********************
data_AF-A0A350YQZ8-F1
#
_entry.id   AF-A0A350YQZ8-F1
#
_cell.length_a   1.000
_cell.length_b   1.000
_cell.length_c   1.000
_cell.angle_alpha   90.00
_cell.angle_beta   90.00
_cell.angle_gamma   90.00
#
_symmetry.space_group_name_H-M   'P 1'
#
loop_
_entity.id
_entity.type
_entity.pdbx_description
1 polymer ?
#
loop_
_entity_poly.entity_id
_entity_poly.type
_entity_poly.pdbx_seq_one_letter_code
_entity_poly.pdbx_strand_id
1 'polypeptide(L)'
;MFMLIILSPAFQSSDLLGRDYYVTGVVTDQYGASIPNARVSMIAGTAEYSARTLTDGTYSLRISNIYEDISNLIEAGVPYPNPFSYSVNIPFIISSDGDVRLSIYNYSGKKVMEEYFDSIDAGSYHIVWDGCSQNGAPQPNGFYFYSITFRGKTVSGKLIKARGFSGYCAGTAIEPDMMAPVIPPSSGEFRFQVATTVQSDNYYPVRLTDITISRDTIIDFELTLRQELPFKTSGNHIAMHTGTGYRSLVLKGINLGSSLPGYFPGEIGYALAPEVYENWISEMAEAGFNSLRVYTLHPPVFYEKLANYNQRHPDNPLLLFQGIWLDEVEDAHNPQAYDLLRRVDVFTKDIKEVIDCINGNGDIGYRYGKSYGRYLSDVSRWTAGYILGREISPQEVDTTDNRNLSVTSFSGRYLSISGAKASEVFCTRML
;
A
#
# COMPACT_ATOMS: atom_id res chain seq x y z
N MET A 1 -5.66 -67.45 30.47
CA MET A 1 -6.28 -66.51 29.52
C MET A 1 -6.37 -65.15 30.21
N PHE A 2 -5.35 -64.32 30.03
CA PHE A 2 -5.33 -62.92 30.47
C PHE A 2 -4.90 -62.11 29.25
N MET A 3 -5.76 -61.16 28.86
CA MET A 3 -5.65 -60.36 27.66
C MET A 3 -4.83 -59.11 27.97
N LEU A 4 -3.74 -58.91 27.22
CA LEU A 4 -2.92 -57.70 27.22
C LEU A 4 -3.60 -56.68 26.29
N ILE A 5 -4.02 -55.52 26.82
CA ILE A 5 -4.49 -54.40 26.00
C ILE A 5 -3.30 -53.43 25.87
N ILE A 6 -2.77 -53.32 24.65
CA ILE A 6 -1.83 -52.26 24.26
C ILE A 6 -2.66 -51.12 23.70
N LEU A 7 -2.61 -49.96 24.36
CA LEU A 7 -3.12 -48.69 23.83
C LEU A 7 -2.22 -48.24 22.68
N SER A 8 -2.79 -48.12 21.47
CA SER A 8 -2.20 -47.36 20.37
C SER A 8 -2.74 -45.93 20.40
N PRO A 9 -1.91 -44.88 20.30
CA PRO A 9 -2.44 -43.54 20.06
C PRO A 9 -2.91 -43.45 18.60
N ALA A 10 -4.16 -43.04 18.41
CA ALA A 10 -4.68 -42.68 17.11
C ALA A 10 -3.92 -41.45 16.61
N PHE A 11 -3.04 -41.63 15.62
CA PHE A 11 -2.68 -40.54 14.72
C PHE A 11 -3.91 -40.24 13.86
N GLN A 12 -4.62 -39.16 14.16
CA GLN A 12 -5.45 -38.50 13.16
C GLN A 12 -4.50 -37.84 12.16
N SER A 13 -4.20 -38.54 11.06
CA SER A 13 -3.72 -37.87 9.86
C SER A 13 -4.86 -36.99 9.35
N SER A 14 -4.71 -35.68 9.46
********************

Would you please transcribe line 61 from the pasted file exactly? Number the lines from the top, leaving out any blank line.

N PHE A 11 -3.04 -41.63 15.62